Derren Brown: Live
Tobacco Factory, Bristol

Wednesday 18th to Saturday 28th September

Reviewed by Ian Carpenter

 

"Don't give away any specifics. It makes life a lot more playful, that way..." These were Derren's parting words to his delighted audience, and in particular to any gentlemen or ladies of the press. So let's begin then, by considering what he didn't do. First, and most obviously, he didn't do anything remotely like a magic trick - if you are familiar with his TV shows, that won't be a surprise. He also used no mood music; had no scantily clad female assistants (except fortuitously, from the audience); barely any props; but even well into the second hour, the rapt attention and silence was such, that you could have heard an ITR thread snap.

We've begun at the end, so let's continue. The show is in two halves, with the second one described, quite rightly, as 'much darker' than the first. This has little to do with any lighting involved (also minimal, but effectively used), but everything to do with content. In the hands of any other performer, one would probably label this as 'a seance' and leave it at that. However Derren's persistent - and impressively consistent - approach to his performance, an approach which we might rougly call, Retain Your Cake, While Simultaneously Cramming Down Monster Gobfulls of the Stuff, means it isn't that clear-cut. Yes, there is what he calls a Ouija Board involved - complete with halftime warnings, for the faint of heart. There are copious references to and apparent 'encounters' with the deceased, whom we are encouraged to meditate on during the interval. There are - well - manifestations. Everything though, is hedged round with psychological explanations, framed and indeed dramatically punctuated by explicit details of the deceptions involved: both his own and those of historic 'mediums'. Yet the audience leaves no wiser than it arrived. The overall effect - carefully planned, along with his each and every twinkle and footfall - is not one of confusion, but rather of a profound and enjoyable bafflement. The Mighty Oz flings back his curtain, only to reveal another curtain beyond.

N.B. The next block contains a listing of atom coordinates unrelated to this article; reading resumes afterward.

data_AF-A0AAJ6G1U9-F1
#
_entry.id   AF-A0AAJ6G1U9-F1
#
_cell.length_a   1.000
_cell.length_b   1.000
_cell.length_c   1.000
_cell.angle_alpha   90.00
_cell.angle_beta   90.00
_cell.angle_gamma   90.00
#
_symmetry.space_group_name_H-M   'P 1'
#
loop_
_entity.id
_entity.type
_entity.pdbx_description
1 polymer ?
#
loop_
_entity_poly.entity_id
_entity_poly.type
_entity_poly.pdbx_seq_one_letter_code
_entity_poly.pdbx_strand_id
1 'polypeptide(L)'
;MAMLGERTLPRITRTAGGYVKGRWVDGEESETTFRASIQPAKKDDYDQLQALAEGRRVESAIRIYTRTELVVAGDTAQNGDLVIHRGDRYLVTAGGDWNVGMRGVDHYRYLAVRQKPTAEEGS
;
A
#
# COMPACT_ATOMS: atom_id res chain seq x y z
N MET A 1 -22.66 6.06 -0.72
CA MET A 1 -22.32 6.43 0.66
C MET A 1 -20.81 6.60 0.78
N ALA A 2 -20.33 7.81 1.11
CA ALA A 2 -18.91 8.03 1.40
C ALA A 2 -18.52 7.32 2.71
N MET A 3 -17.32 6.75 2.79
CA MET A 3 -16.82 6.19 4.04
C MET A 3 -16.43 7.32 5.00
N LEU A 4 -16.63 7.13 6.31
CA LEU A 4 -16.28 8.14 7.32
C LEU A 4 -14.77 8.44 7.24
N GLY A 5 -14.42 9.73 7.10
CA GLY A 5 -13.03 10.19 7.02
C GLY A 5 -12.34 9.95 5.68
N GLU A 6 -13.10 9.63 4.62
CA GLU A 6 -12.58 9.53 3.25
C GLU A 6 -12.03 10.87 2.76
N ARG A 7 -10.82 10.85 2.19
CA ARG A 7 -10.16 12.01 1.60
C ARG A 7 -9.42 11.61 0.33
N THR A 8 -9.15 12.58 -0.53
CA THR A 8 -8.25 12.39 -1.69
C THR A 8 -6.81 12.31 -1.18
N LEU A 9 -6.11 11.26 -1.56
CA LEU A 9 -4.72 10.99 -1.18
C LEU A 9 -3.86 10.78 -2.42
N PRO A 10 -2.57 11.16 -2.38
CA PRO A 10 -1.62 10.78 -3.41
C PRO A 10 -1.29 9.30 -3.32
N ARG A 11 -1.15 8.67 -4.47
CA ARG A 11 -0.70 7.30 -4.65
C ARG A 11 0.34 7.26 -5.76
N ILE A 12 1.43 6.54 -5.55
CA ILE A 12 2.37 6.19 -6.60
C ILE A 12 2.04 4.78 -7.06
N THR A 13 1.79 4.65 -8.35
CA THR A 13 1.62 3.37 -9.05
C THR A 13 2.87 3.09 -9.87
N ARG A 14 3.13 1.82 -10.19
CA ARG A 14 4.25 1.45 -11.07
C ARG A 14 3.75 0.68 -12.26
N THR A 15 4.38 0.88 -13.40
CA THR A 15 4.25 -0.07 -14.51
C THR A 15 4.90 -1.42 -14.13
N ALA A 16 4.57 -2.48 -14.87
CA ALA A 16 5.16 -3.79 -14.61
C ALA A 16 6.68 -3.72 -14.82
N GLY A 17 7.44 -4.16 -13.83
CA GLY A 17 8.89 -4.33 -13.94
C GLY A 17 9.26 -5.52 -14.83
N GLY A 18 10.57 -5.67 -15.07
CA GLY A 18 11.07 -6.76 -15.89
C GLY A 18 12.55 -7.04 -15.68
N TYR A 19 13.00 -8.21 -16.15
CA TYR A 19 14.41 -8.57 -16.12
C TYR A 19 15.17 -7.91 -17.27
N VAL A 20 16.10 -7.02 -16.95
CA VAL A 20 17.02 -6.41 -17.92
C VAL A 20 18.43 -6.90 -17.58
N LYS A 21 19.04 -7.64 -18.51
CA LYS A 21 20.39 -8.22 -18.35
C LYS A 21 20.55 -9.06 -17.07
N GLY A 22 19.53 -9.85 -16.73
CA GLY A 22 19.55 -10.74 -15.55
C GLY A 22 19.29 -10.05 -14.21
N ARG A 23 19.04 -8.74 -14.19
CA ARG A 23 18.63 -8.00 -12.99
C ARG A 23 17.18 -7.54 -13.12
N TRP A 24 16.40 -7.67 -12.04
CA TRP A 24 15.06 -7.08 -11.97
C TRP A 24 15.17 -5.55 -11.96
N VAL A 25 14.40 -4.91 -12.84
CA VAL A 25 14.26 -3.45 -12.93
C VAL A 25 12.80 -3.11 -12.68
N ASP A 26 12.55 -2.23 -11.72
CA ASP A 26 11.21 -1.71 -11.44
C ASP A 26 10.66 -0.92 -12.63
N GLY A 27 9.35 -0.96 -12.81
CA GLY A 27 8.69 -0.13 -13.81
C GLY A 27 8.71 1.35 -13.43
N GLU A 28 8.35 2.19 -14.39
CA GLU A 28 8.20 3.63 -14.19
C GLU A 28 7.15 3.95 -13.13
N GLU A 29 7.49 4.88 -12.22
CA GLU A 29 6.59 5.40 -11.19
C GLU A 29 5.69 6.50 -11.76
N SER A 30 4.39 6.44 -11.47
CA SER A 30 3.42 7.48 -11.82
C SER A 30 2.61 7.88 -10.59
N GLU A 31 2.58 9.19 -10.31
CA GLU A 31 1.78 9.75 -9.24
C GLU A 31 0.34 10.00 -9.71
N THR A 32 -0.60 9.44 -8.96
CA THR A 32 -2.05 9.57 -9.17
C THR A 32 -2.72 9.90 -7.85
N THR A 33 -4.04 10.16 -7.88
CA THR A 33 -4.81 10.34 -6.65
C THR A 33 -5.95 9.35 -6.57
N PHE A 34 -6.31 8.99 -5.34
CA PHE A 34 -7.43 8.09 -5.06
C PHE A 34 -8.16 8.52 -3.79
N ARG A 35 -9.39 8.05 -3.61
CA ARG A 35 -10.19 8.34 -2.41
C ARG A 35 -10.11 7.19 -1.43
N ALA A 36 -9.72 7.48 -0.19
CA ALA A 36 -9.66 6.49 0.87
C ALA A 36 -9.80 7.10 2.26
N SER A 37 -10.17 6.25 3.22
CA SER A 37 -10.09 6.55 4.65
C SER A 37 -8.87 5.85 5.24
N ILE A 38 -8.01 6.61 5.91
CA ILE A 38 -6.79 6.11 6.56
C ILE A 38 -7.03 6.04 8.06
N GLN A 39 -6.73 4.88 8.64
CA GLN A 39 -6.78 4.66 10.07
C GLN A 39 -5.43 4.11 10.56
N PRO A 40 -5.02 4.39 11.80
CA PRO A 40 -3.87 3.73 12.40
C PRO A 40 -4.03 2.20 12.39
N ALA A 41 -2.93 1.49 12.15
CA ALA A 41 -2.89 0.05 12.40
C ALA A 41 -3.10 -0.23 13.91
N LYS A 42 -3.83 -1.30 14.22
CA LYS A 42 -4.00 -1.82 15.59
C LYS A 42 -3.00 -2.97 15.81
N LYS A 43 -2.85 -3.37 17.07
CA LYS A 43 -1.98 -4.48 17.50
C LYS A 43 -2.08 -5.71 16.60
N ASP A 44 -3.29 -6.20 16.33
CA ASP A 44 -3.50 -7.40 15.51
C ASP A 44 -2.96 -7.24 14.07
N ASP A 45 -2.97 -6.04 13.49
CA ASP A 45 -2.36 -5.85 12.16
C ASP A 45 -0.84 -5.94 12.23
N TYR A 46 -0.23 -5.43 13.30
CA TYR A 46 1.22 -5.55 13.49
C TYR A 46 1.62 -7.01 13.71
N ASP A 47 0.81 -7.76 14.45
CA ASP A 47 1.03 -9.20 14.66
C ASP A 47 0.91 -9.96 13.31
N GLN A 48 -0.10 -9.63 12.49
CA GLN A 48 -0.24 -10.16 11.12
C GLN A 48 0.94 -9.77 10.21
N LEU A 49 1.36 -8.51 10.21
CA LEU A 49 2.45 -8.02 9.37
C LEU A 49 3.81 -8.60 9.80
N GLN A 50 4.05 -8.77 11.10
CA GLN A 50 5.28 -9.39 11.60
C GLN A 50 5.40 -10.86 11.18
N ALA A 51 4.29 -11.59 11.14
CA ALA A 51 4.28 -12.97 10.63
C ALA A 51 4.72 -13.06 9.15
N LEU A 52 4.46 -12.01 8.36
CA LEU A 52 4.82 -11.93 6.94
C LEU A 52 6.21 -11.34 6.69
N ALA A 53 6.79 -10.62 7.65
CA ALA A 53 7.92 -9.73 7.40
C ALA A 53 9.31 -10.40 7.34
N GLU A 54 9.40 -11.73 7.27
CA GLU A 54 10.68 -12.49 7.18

In an intriguing occurrence, Derren chose two different women at quite separate times to be his assistants. They turned out later to be sisters (coincidence? - you decide...) and were uniquely placed to comment afterwards on how it felt to actually participate in some of his mindwarping experiments. Both had clearly been in some kind of altered state while on stage, although far from 'hypnotised' or any kind of supernatural experience. Both went away firmly convinced not of the existence of ghosts, but rather of the capaciy for manipulating the human mind. With hints that this is more the direction he will take in the TV specials scheduled for next year, we can savour the prospect of a whole new arena receiving the Brown Treatment.

So on then, or rather back, to the first half, an altogether different experience. Where the Derren of Act II is mainly a serious investigator, apparently surprised by the success of his own experiments, the Svengali of the opening half is a playfully cocksure player of mind games - games which the spectator senses they cannot win, but delights in playing; and in being played with. The audience as a whole were teased, tested and found wanting quite early on, in what appeared to be a simple guessing game over a coin. Money is indeed on offer at various points, including a substantial amount which is repeatedly retferred to; yet somehow we never feel the Brown bank balance is in serious jeopardy. At times some of the more familiar Mentalim iconography is deployed: envelopes, clipboards and whiteboards all make an appearance. Some classic effects receive a fresh and newly plausible treatment - although actually none more so, than in a kind of Reprise, at the very end of the show.

Derren performs staples of his cabaret act, again somewhat reworked and with even more of an impossible, hands-off feel than before; most prominent among these are Lift and Reminiscence. For readers familiar with those effects, no explanation is needed, as Dunninger once said. For those of you not aware of them, go and see them - and the rest; and prepare to come away very seriously impressed indeed.

Derren continues at the Tobacco Factory in South Bristol until next Saturday.

Ian Carpenter, September 2002

 

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